Healthcare, pharmacies, utilities and Internet services, grocery stores and gas stations, the press, banks and hardware stores and more are listed as "essential services" during the coronavirus outbreak.

Under Ducey's order, counties and municipalities cannot restrict services announced as essential more than state authorities determine.

Also included on Ducey's list are restaurants doing take-out/delivery business, meaning counties and cities are unable to reach an independent decision to end retail sales of prepared food.

Other businesses included as "essential" under Ducey's order are: liquor stores, gun stores, taxis and Uber/Lyft drivers, day care for employees of essential service businesses, building trades and maintenance workers, golf courses and outdoor recreation such as parks, and funeral-related businesses.

Romero closed Tucson businesses Friday

Friday evening, after it became apparent that Ducey was not yet ready to issue a statewide order, Romero ordered non-essential businesses to close, and advised residents to remain at home as much as possible.

Businesses that were not on the state list of "essential services'"must close in Tucson due to the continuing spread of coronavirus, Mayor Romero ordered, further advising residents to remain at home and that nail salons and barber shops should shut down.

"We have to go through this to save lives," Romero told a group of reporters during a phone interview Friday evening. "Tucsonans have been very responsive and responsible."

Mayors pushed move in letter

"The ever-increasing numbers of confirmed COVID-19 cases and deaths serve as a stark indicator of what is to come if we do not take action now," Romero and the leaders of Phoenix, Flagstaff and other cities wrote to Gov. Doug Ducey on Monday, pushing him to issue a "Stay at Home" order across the state.

"We understand that public health officials in Arizona have already recommended the governor issue a Stay-At-Home Arizona order immediately and we would like to know why the governor has not followed that recommendation," the mayors wrote Monday.

"Arizona must not squander the opportunity to learn from the unfolding events in our sister states and immediately formalize a statewide Stay-At-Home order to ensure that we pursue every avenue to #flattenthecurve of this devastating pandemic," wrote the municipal leaders.

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Paul Ingram/TucsonSentinel.com

Ducey at a press conference in Tucson earlier in the month.

Stay home.

From the Pima County Health Department:

If you are sick – stay home. Most people, even those who have COVID-19, have mild illness and are able to recover at home without medical care. Stay in touch with your healthcare provider and contact them if your symptoms become more severe.

If you are well – protect yourself. Wash your hands often, especially after being in and touching things in public spaces, after blowing your nose, coughing, or sneezing. Avoid touching your eyes, nose, and mouth. Clean and disinfect frequently touched surfaces.

Not ordered to close

Although individual business owners are free to decide to close, Ducey's proclamation last Monday declared these business types "essential," barring the city and other jurisdictions from ordered them to shut down during the pandemic:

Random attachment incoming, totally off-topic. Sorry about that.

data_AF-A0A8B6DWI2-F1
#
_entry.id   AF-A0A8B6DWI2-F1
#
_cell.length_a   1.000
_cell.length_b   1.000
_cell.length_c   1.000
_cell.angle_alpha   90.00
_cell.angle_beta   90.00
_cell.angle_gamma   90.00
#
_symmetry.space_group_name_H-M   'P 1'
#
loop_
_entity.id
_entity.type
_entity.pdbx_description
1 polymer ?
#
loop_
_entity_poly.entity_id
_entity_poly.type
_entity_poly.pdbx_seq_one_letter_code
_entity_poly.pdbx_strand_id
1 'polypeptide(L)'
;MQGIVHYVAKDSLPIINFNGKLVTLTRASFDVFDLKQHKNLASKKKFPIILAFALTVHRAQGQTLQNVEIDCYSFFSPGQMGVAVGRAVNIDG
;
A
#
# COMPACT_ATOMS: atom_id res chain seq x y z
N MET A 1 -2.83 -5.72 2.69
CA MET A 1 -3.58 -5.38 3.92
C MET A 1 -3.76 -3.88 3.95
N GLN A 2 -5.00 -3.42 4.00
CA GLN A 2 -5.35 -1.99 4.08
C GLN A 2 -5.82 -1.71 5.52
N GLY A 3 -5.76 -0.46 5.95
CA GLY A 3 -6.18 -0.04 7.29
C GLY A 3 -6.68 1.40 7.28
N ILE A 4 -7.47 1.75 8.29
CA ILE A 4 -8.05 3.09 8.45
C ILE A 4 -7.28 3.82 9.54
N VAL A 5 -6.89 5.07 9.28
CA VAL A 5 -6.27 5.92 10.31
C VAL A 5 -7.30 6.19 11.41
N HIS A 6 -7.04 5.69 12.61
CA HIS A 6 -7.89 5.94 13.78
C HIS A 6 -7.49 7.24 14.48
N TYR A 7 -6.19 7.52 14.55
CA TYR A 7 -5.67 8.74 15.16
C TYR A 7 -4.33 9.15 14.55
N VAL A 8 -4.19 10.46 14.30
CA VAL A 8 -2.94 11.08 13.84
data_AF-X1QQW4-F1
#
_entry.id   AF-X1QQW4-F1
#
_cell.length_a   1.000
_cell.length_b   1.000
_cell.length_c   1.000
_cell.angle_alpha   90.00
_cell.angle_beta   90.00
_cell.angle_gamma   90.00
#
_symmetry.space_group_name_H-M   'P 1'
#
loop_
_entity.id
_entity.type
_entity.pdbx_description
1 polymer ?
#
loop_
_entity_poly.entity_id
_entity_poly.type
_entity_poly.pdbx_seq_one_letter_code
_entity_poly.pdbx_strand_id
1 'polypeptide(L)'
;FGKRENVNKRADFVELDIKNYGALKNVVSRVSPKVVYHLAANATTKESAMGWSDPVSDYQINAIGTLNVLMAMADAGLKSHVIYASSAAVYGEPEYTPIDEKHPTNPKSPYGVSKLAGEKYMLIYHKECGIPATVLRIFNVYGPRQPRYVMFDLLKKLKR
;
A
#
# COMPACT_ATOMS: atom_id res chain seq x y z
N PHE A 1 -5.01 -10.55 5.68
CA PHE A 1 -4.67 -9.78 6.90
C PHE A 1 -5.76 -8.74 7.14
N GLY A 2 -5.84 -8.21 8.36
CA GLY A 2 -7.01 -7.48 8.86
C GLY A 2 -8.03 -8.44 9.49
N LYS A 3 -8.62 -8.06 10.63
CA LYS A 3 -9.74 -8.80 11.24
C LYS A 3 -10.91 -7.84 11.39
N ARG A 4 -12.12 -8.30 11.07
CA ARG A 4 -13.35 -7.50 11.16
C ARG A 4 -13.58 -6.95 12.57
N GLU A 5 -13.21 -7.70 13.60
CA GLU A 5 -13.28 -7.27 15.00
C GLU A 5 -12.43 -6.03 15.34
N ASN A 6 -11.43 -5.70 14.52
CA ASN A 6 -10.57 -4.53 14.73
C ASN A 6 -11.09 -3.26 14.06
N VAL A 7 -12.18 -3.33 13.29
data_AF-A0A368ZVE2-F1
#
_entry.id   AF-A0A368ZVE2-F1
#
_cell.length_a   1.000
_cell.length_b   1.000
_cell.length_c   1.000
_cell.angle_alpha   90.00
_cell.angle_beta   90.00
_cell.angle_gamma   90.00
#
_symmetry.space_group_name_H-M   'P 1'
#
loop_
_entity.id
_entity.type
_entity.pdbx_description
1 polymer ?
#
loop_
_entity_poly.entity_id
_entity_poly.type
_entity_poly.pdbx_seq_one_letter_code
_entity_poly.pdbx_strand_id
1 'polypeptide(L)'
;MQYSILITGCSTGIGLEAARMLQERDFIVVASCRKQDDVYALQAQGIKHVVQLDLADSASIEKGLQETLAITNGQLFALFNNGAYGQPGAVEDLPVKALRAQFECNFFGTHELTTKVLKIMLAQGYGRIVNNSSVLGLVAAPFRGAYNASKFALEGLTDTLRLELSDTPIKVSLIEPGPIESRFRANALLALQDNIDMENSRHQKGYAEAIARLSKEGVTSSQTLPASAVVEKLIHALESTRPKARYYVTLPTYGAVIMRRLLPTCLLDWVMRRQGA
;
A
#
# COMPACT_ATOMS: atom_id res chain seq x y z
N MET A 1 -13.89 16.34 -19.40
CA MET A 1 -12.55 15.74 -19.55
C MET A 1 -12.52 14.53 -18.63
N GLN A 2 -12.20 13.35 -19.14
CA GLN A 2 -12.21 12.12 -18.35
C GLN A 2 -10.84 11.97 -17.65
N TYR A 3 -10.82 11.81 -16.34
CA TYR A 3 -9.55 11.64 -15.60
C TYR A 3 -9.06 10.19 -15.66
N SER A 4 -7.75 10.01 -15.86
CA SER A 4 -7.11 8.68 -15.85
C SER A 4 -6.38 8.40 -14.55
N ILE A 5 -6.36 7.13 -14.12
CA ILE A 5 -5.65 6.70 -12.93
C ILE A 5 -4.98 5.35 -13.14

• Health care and public health operations, including hospitals, public health entities, distributors of personal protective equipment and biotechnology companies;
  • Human services operations, including those that provide services for the elderly, those with developmental disabilities, foster and adoption children and the homeless;
  • Infrastructure operations, including food production, utility operators, construction and internet providers;
  • Government functions, including first responders, emergency management personnel, 911 operators, child protection staff, welfare providers and more;
  • Business operations, including grocery and medicine providers, outdoor recreation;
  • Organizations that provide charitable and social services, including religious and secular non-profit organizations and food banks;
  • Media organizations, including newspaper, television, radio and other media services;
  • Gas stations and other transportation-related businesses;
  • Financial institutions, including banks and credit unions;
  • Hardware and supply stores;
  • Critical trades, including plumbers, electricians, cleaning, sanitation, HVAC and security staff;
  • Mail, post, shipping and logistics;
  • Education institutions, including public and private K-12 schools, universities and research entities;
  • Laundry services;
  • Restaurants for consumption off-premises;
  • Supplies distributors that enable telework and work from home and those that supply essential businesses;
  • Transportation, including airlines, taxis, and ride-sharing;
  • Home-based and care services, including for seniors and those with developmental disabilities;
  • Residential facilities and shelters, including those for children, seniors or at-risk populations;
  • Professional services, including legal, real estate and accounting services;
  • Day care centers for employees exempted though the order;
  • Manufacturers, distribution and producers of supply chain-critical products;
  • Hotels and motels;
  • And funeral services.